Construction company Washington Group International has agreed to fork over $1.5 million to a group of black workers who sued for racial harassment and retaliation.
Law firm Gibbons PC has bolstered its Newark employment law practice with the addition of five new employment law attorneys, including three partners.
A federal appellate court has partially overturned a National Labor Relations Board ruling which found that executives at auto parts maker Stanadyne Automobile Corp. did not commit unfair labor practices in the weeks leading up to a union vote.
A World Mortgage Co. employee launched a proposed class action Monday, claiming the Wachovia subsidiary's failure to pay certain workers overtime violates both the Fair Labor Standards Act and the Employee Retirement Income Security Act.
As beleaguered investment bank Bear Stearns Cos. gears up to fight what promises to be a slew of lawsuits over its collapse, the bank has reportedly changed its bylaws to help employees involved in the defense of the suits pay for legal expenses.
In a case that could affect similar legislation proposed in 15 other states, U.S. Supreme Court justices appeared divided Wednesday over whether a California law can bar employers from using state funds to influence union-organizing activities.
The New Jersey Senate was forced to postpone a vote on proposed family-leave legislation after the state's Assembly Appropriations Committee amended the bill to strengthen protections to small businesses and increase penalties for workers cheating the program.
A federal judge has tossed out a suit that sought to reverse a Michigan law that bars race and gender from playing into government hiring and public university admissions.
FedEx Home Delivery has filed a brief in its appeal of a National Labor Relations Board decision that found the company had misclassified employees working out of two Massachusetts distribution centers as independent contractors.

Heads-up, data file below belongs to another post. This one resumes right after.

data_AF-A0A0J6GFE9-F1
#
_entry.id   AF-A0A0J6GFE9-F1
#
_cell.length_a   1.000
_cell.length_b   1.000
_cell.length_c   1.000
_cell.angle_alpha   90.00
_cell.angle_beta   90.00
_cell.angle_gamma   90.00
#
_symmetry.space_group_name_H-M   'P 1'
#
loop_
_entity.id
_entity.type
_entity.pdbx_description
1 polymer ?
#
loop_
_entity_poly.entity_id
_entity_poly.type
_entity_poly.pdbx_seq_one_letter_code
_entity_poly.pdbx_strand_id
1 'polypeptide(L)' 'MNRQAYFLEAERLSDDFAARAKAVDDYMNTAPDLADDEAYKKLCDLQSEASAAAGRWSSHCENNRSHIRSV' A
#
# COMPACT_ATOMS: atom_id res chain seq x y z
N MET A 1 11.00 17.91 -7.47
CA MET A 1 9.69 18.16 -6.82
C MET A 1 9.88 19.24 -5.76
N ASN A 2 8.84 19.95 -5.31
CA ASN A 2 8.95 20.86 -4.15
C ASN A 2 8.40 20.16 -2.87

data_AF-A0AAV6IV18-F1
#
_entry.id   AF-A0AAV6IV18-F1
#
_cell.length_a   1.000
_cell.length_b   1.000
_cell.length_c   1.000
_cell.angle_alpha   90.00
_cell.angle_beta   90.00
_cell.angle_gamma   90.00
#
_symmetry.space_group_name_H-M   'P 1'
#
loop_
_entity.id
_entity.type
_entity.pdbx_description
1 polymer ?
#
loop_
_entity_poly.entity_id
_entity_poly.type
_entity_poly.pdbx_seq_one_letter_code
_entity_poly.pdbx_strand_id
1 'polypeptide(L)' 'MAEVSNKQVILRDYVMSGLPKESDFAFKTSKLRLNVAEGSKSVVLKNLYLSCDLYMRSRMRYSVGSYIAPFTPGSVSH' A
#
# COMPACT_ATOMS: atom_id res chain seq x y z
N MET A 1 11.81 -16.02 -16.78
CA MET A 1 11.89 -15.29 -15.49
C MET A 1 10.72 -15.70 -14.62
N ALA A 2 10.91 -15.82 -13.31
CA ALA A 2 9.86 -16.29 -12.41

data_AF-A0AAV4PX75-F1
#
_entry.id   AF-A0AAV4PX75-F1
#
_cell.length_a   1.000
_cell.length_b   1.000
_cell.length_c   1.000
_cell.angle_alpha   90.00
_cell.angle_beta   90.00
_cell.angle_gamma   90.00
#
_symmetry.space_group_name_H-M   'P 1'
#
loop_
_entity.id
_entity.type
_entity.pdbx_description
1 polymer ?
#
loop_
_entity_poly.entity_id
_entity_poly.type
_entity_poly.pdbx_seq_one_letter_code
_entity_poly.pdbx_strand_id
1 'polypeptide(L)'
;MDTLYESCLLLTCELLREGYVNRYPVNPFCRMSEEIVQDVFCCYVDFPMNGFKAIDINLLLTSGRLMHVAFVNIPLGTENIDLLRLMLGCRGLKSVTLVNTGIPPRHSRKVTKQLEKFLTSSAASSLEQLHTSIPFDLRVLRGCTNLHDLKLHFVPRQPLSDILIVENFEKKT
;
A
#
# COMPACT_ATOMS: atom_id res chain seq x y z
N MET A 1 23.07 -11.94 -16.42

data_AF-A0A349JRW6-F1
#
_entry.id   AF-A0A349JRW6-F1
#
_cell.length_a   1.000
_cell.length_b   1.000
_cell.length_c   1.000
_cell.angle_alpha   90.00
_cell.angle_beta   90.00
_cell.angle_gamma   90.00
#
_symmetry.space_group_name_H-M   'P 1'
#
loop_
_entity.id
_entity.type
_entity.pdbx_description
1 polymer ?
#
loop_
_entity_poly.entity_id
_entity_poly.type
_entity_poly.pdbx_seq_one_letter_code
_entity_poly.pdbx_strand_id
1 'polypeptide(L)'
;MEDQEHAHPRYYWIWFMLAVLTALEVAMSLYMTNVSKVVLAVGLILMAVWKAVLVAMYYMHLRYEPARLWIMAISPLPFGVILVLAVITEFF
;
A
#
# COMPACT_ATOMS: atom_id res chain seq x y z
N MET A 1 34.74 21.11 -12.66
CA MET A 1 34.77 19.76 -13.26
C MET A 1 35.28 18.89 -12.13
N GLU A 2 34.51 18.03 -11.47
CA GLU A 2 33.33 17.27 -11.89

Stephanie Jensen, the former human resources chief of Brocade Communications Systems Inc., was sentenced on Wednesday to four months in prison and ordered to pay a $1.25 million fine for her alleged role in a stock options backdating scandal, Dow Jones reported.
The Pension Benefit Guaranty Corp. has proposed to change its method of calculating the liability an employer takes on when it withdraws from a multi-employer pension plan and the way unfunded vested benefits are allocated.
A federal judge has dealt a double blow to HSBC Mortgage Corp. in a wage-and-hour battle with its army of loan officers, striking some of the bank's defenses and granting class status to the disgruntled workers.
H&R Block Inc. and its financial services unit have asked a federal judge to overturn a nearly $4 million arbitration award issued to a former company executive, arguing that the arbitration panel improperly asserted jurisdiction over his claims and disregarded the law in its decision.
CVS Caremark Corp. has agreed to pay $36.7 million to settle claims that the retail pharmacy giant switched patients to a more expensive version of the prescription drug ranitidine in order to gain increased Medicaid reimbursements.
Grant & Eisenhofer PA has launched a whistleblower litigation practice group, hiring two new attorneys, Reuben A. Guttman and Ann Lugbill, to open a new office for the firm in Washington, D.C. Much of its work will focus on pharmaceutical companies, who can be sued for defrauding government regulators in getting their products approved, and defense contractors, the firm said.
A Tennessee appeals court dealt a blow to a major railroad company Friday, affirming a lower court's decision to award an ailing employee $5 million for illnesses he claimed to have contracted from his workplace exposure to hazardous materials.
A worker’s personal-injury suit against Transocean Offshore Inc. and Shell Oil Products Co. that repeatedly stumped a state appellate court has also divided the justices of the Louisiana Supreme Court.
Seyfarth Shaw LLP has expanded its labor and employment presence in New York, adding five new attorneys, formerly from Greenberg Traurig LLP, in the past few weeks.
A federal judge has agreed to dismiss a group of opt-in plaintiffs' claims from a Fair Labor Standards Act class action against Starbucks Corp., ruling that certain plaintiffs' charges were barred by the statute of limitations.
A lawsuit over options backdating at UnitedHealth Inc. brought by the California Public Employees Retirement System has reportedly been granted class action status.